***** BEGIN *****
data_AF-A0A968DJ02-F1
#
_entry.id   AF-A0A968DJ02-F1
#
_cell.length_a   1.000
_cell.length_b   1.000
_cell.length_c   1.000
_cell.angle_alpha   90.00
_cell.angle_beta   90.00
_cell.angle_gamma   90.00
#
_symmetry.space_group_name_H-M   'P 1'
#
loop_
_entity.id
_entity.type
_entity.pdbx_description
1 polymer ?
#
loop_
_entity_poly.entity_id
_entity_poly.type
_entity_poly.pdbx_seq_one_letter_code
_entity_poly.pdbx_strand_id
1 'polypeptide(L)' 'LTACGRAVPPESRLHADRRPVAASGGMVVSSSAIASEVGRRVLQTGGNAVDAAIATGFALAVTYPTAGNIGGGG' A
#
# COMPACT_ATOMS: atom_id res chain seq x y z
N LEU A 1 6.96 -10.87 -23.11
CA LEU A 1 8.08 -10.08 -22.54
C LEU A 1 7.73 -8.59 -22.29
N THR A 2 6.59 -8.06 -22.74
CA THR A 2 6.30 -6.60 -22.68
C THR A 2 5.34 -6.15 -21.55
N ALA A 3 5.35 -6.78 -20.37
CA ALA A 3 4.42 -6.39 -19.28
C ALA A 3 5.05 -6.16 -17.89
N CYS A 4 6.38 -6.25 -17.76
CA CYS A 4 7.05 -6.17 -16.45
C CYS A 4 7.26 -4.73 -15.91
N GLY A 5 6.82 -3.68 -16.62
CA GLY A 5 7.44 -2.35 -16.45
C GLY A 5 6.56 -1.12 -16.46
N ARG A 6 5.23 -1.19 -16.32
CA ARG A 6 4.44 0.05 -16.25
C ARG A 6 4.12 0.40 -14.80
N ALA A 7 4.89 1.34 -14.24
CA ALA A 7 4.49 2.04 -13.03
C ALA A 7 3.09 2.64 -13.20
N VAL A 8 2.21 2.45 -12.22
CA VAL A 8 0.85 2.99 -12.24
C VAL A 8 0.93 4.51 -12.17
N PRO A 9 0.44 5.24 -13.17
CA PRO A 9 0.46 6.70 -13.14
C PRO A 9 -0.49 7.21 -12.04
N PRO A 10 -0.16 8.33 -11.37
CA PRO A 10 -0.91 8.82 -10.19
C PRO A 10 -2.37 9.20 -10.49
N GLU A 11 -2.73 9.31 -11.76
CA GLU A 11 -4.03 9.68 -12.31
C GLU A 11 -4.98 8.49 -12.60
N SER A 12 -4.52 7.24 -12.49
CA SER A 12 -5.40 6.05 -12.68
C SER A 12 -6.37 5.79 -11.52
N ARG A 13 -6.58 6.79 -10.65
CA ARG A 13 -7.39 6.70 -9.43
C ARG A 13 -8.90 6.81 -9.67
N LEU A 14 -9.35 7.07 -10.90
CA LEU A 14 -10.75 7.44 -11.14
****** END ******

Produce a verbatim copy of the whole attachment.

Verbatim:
data_AF-A0A968DJ02-F1
#
_entry.id   AF-A0A968DJ02-F1
#
_cell.length_a   1.000
_cell.length_b   1.000
_cell.length_c   1.000
_cell.angle_alpha   90.00
_cell.angle_beta   90.00
_cell.angle_gamma   90.00
#
_symmetry.space_group_name_H-M   'P 1'
#
loop_
_entity.id
_entity.type
_entity.pdbx_description
1 polymer ?
#
loop_
_entity_poly.entity_id
_entity_poly.type
_entity_poly.pdbx_seq_one_letter_code
_entity_poly.pdbx_strand_id
1 'polypeptide(L)' 'LTACGRAVPPESRLHADRRPVAASGGMVVSSSAIASEVGRRVLQTGGNAVDAAIATGFALAVTYPTAGNIGGGG' A
#
# COMPACT_ATOMS: atom_id res chain seq x y z
N LEU A 1 6.96 -10.87 -23.11
CA LEU A 1 8.08 -10.08 -22.54
C LEU A 1 7.73 -8.59 -22.29
N THR A 2 6.59 -8.06 -22.74
CA THR A 2 6.30 -6.60 -22.68
C THR A 2 5.34 -6.15 -21.55
N ALA A 3 5.35 -6.78 -20.37
CA ALA A 3 4.42 -6.39 -19.28
C ALA A 3 5.05 -6.16 -17.89
N CYS A 4 6.38 -6.25 -17.76
CA CYS A 4 7.05 -6.17 -16.45
C CYS A 4 7.26 -4.73 -15.91
N GLY A 5 6.82 -3.68 -16.62
CA GLY A 5 7.44 -2.35 -16.45
C GLY A 5 6.56 -1.12 -16.46
N ARG A 6 5.23 -1.19 -16.32
CA ARG A 6 4.44 0.05 -16.25
C ARG A 6 4.12 0.40 -14.80
N ALA A 7 4.89 1.34 -14.24
CA ALA A 7 4.49 2.04 -13.03
C ALA A 7 3.09 2.64 -13.20
N VAL A 8 2.21 2.45 -12.22
CA VAL A 8 0.85 2.99 -12.24
C VAL A 8 0.93 4.51 -12.17
N PRO A 9 0.44 5.24 -13.17
CA PRO A 9 0.46 6.70 -13.14
C PRO A 9 -0.49 7.21 -12.04
N PRO A 10 -0.16 8.33 -11.37
CA PRO A 10 -0.91 8.82 -10.19
C PRO A 10 -2.37 9.20 -10.49
N GLU A 11 -2.73 9.31 -11.76
CA GLU A 11 -4.03 9.68 -12.31
C GLU A 11 -4.98 8.49 -12.60
N SER A 12 -4.52 7.24 -12.49
CA SER A 12 -5.40 6.05 -12.68
C SER A 12 -6.37 5.79 -11.52
N ARG A 13 -6.58 6.79 -10.65
CA ARG A 13 -7.39 6.70 -9.43
C ARG A 13 -8.90 6.81 -9.67
N LEU A 14 -9.35 7.07 -10.90
CA LEU A 14 -10.75 7.44 -11.14